Leah and I went to see I, Robot on Friday night. I knew going in that it wasn’t going to be much like the book, and quite possibly, I. Asimov would be spinning in his grave knowing what had been done to his book, but I like action movies, I like sci-fi and I like Will Smith as an action hero. So it all sounded good. To boot, Alex Proyas, who directed Dark City, one of my favourite films, was at the helm.
Proyas certainly lived up to his billing as a stylish director. He sets visual mood & tone very well, and keeps an internal consistency better than most sci-fi directors. The writing, however, was pretty bad. I didn’t expect much, but the dialogue in this film was simply atrocious. So wooden, the actors seemed to have a hard time even saying their lines; nothing sounded natural. Really, the dialogue ruins this movie.
The storyline was decent enough (man suspects robots, robots rebel, man saves people with help of good robot), if predictable. The film borrows (perhaps) more from the Terminator & Matrix series as it does from the original story, but hey – those were fun movies!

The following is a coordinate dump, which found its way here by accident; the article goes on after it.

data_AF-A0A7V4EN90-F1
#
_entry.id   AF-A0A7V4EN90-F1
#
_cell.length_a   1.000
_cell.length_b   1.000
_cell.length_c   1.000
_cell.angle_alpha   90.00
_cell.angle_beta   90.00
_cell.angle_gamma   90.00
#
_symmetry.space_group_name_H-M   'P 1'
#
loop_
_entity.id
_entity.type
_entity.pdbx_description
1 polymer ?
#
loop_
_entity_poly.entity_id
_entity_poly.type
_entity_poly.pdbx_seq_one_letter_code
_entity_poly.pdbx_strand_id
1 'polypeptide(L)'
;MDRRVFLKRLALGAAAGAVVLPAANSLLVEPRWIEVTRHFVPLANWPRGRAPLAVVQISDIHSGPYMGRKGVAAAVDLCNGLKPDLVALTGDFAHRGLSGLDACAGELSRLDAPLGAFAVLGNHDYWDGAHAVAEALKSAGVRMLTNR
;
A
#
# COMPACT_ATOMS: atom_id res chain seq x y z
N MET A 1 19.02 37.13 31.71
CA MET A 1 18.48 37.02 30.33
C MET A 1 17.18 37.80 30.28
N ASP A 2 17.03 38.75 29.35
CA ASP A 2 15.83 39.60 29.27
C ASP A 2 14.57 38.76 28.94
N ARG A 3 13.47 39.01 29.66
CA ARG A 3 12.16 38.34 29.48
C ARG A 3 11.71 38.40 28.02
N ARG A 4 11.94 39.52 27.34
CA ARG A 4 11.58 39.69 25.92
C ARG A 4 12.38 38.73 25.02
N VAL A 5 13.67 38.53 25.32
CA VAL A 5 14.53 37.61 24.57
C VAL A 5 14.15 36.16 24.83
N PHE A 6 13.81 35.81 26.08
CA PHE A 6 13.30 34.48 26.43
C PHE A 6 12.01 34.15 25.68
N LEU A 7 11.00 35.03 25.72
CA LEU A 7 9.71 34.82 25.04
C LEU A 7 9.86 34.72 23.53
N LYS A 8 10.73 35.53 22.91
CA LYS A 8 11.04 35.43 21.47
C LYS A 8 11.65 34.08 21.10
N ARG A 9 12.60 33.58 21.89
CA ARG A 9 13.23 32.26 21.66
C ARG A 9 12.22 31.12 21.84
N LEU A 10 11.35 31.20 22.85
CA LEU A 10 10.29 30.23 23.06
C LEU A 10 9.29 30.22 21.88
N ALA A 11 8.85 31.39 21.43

The film shares a lot visually with the recent Minority Report, particularly with the automated cars that can move in any direction, and the car-hangar garages. Was the artistic director the same on these films? Or is there some agreement on what near-future earth will be like that they all carry across? At any rate, it’s interesting.
I can’t say I recommend that you see this film (well, there is a Will Smith shower scene, but it’s a little short to pay $10.50 for), but it does pass the time, and the theatre is likely air conditioned, which is nice given how hot it is out right now. If that’s not enough reason for, wait until it arrives on DVD.